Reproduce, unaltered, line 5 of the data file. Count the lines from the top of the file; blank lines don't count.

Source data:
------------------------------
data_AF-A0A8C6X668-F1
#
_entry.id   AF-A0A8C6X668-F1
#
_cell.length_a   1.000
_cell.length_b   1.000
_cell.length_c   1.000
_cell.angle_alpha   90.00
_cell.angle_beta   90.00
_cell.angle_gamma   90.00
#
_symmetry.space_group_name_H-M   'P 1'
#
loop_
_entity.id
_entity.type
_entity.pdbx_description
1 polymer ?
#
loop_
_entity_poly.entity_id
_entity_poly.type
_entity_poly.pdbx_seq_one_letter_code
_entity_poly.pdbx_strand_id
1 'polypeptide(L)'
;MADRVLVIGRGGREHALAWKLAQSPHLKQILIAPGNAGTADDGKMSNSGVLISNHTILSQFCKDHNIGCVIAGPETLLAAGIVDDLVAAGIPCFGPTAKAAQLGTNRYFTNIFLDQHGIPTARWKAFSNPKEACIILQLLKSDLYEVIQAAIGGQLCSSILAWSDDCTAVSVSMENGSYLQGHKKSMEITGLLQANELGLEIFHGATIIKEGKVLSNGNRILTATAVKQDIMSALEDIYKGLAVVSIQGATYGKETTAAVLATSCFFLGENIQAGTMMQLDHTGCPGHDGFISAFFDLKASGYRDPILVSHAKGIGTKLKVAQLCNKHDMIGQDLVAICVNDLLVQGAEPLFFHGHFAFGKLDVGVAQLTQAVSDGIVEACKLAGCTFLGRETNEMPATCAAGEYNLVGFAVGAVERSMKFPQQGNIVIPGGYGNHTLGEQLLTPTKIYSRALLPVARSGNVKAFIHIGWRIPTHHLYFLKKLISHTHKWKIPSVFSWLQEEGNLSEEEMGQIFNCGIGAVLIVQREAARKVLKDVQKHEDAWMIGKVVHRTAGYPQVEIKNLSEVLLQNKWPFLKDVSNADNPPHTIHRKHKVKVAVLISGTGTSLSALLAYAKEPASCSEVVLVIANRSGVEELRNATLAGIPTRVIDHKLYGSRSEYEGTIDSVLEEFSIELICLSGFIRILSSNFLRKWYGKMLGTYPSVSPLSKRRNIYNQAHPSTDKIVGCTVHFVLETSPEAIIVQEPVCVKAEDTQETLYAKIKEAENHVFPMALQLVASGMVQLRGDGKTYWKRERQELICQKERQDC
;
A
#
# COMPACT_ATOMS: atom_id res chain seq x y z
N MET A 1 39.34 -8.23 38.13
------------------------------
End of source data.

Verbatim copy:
_cell.length_a   1.000